Sundance Review: ‘Blindspotting’ Manages to Be Too Funny and Too Serious at Once

Daveed Diggs and Rafael Casal appear in Blindspotting by Carlos López Estrada, an official selection of the U.S. Dramatic Competition at the 2018 Sundance Film Festival. Courtesy of Sundance Institute.

Sundance Film Festival: Oakland, California has never been as hilarious or as frightening as it is in the new film, “Blindspotting.”

Daveed Diggs and Rafael Casal wrote and star in this odd buddy comedy. Collin (Diggs) is a young man just trying to get through the final days of his year-long probation. Collin spent time in prison, although the nature of the crime isn’t revealed until late in the film. The terms of his probation include meeting an 11:00 curfew at a halfway house, staying within the county limits, and maintaining gainful employment.

Collin’s gainful employment is at a moving company, where he partners with his lifelong best friend, Miles (Casal). The pair is goofy in that screwball comedy way, and they are good at it. Collin is more of the straight man in this duo, while Miles is the boisterous spectacle who always has an idea. Casal and Diggs have great comedic timing, making these scenes genuinely fun to watch.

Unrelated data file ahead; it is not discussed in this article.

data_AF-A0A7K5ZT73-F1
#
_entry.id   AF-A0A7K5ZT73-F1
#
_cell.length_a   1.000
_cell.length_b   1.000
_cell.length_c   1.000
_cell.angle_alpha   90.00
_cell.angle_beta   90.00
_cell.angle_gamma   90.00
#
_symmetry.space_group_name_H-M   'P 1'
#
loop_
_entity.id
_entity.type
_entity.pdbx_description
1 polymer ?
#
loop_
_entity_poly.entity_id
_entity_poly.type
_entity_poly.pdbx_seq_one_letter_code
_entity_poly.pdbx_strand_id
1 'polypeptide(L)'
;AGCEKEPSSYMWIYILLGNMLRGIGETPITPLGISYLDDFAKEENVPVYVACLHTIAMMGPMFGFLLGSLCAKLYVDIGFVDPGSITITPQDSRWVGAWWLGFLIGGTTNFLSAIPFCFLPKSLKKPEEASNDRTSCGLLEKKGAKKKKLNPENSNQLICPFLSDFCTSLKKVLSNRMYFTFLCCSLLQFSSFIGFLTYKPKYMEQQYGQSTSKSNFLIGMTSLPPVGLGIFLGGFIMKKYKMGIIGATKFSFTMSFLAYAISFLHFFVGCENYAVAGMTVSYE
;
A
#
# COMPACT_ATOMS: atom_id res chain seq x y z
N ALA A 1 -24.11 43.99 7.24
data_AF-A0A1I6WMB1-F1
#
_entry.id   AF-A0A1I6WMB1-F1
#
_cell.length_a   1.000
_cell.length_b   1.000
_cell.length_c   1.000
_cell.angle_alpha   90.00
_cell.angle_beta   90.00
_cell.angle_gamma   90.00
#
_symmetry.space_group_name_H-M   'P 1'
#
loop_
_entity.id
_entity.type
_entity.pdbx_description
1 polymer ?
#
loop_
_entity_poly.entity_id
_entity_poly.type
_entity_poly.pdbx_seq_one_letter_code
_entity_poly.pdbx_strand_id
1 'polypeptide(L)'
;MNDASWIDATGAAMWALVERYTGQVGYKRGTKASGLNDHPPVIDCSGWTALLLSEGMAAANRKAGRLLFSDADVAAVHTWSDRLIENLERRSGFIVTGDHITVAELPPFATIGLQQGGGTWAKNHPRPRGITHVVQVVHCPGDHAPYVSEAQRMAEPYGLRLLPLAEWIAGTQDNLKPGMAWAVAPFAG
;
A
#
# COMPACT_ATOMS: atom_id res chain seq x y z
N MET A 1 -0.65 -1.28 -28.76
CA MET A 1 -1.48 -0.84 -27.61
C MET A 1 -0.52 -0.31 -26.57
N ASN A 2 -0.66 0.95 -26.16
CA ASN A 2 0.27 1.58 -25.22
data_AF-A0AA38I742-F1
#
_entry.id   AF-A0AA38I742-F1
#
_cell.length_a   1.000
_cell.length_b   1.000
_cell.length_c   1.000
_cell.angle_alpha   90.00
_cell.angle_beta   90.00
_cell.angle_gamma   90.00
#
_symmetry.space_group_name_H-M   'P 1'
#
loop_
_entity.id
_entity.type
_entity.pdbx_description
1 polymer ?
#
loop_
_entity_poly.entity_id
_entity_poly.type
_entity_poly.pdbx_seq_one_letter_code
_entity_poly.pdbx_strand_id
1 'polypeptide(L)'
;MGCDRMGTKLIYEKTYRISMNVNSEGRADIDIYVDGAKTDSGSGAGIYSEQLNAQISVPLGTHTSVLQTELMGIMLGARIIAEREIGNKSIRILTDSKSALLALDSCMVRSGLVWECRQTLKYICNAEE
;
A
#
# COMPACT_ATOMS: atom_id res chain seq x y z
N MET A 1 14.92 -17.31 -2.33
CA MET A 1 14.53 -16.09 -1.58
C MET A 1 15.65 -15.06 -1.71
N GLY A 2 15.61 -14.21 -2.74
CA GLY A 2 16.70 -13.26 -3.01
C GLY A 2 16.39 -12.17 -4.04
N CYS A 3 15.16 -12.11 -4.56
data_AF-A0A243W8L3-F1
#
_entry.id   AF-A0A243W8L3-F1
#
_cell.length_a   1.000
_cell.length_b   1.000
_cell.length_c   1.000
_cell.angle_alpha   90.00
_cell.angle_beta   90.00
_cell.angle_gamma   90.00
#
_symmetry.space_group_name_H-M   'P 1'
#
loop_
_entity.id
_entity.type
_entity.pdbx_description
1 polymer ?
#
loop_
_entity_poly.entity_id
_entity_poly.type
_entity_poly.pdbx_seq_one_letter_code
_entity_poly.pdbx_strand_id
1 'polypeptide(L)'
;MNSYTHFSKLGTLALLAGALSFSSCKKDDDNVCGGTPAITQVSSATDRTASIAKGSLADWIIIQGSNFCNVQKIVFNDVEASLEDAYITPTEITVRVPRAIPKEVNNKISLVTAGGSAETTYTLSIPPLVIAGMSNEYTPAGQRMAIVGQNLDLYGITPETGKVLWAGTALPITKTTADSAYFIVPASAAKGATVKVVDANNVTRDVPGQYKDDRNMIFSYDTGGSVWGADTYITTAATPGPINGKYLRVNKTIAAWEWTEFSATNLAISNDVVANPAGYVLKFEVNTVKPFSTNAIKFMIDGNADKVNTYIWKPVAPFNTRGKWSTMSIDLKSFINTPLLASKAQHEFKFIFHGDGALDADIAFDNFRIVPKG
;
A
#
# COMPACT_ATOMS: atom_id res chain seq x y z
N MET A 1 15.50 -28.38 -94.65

And yet, “Blindspotting” isn’t exactly a pure comedy.

With three days to go on his probation, Collin gets stuck at a red light and witnesses a police shooting. That shooting will continue to haunt him through the rest of the film, coming back in disconnected flashes. This leads to some dramatic and intense scenes, too. And Casal and Diggs are good there, too.

The problem comes when the film tries to vacillate between both moods. The funny moments really are funny and the serious moments are well played. But with no transition from one to the other, the effect is jarring in a distracting way that pulls the audience out of the story.

Carlos López Estrada directs his first feature with “Blindspotting.” It is fine as a debut but lacks the polish and sophistication that might have made really made this story come together. Estrada brings a new voice to issues of racial inequality. He’s off to a good start.

“Blindspotting” also features great supporting performances from Janina Gavankar, Jasmine Cephas Jones, Tisha Campbell-Martin, and Ethan Embry.

“Blindspotting” premiered at the Sundance Film Festival, and is available for distribution.

GRADE: (★★★)